Theo was a mighty force, and a great mentor to me. I will always cherish my time with her. She used to host a lunch once monthly at which all the young women scientists were invited to attend, support each other, and learn to be science-activists. There could be no better mentor than Theo!

  6. Karen Kurtak:
    Dec 15, 2014 at 06:34 PM

    Theo was one of Earth's biggest thinkers and helped us to all see that the tiniest things can send shockwaves through the entire system. She was my biggest hero and her commencement address at my graduation from Western State changed the entire course of my life. She will not be forgotten. On behalf of the people of Earth, thank you, thank you, thank you.

  7. Robyn Morrison:
    Dec 15, 2014 at 06:27 PM

    Theo always made me feel like the advocacy work I was doing was important and making a difference.....even when it was such a small drop in the bucked compared to the mountains she moved. She inspired, consulted and critiqued. Thank you for propelling us all forward to do the important work

  8. Fernando Bejarano:
    Dec 15, 2014 at 06:16 PM

    Theo Colbourn open te eyes of many NGOs about the endocrine disruption and how toxic chemicals can affect human beings and animals. We in RAPAM ( pesticide Action Network In Mexico) participate in a coedition of the spanish translation of Our Stolen Future with Greenpeace Spain, UITA, Comisiones Obreras and others and distributed in Mexico and other Latin America, the book is used in Toxicological socieries in agriculture college classes and among NGO activist. The Colbourn a honest and dedicated scietist to speak the truth. I have the honor to talk with her briefly in her office in WWF in Washington many years ago, and I remember that in her door she has a photocopy page with a rat and a quote from somebody to say If I expose my lab rat to toxics in the doses what they got from the environment I should ask for permission or something like that .In othr words sher represent an epistemological disobedience scientist that rebel against the global human experiment that we all are part of it for the unescrupulous expansion of the chemical industry and the ilusory control or failure of the actual refgulatory control paradigm. Hr words and spirit are with us, thanks Theo for all your dedication. Fernando Bejarano RAPAM director and IPEN Hub for Latin America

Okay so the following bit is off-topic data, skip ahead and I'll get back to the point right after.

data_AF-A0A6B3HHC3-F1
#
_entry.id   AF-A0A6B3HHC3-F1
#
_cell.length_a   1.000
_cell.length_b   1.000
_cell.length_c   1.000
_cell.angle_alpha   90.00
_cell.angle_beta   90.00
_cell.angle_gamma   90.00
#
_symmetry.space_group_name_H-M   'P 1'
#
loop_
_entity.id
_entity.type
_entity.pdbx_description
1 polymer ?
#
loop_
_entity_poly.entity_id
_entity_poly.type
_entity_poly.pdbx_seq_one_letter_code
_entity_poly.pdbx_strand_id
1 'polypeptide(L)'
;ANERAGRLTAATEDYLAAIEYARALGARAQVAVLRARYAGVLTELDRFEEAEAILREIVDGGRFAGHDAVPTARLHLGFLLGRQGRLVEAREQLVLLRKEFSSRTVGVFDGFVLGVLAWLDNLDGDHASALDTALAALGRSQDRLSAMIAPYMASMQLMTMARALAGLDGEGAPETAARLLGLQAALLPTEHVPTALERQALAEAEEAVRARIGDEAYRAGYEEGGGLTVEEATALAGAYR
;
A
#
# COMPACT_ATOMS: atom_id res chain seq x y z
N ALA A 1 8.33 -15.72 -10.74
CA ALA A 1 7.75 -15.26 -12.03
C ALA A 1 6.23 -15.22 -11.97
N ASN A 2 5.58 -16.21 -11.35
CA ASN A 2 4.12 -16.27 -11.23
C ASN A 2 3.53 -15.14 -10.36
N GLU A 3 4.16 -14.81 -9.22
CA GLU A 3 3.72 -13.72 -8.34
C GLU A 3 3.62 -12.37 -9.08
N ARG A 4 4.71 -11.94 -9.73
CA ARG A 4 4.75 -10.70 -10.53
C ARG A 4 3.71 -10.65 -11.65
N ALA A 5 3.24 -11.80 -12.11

9. Susan Law, Esq.:
    Dec 15, 2014 at 06:13 PM

    I got to know Theo while I was writing a report on natural gas drilling during an internship at the PA Governor's Policy Office during college. She was patient, kind, full of helpful information, and a wonderful storyteller. Theo's stories and support of my research had a big influence on me and she was part of the reason I decided to go to law school to study environmental law. She was an amazing person and I am so grateful to have had the opportunity to learn from her.

    -Susan

  10. Jeannie Economos:
    Dec 15, 2014 at 06:04 PM

    Theo Colborn is and has been undoubtedly one of my greatest heroes. I read Our Stolen Future in the late 1990's, when I was working with farmworkers who worked on the farms on Lake Apopka in Central Florida - farmworkers who were exposed to the same endocrine disrupting chemicals that caused reproductive abnormalities in the lake's alligators. She and other scientists she worked with endured derision and dismissal by other leading scientists around the world at the time. Now, we - and the world - know that what Theo Colborn exposed to the world is not only verified by many significant scientific studies, but has become one of the major health concerns of our time. I reference Out Stolen Future all the time - to groups of students when we do Lake Apopka Toxic Tours; to health professionals and environmentalists; and to local politicians. But, Ms. Colborn's work did not stop at the publication of this important book. Her work has continued to be not only influential but inspirational. She is of the greatest stature in my eyes, because she did great work humbly and with sincerity, commitment, passion and compassion. She made a difference in my life. She will always be an icon in my eyes. What an amazing lady! To her spirit, wherever it now lives, I want to say "Thank you!"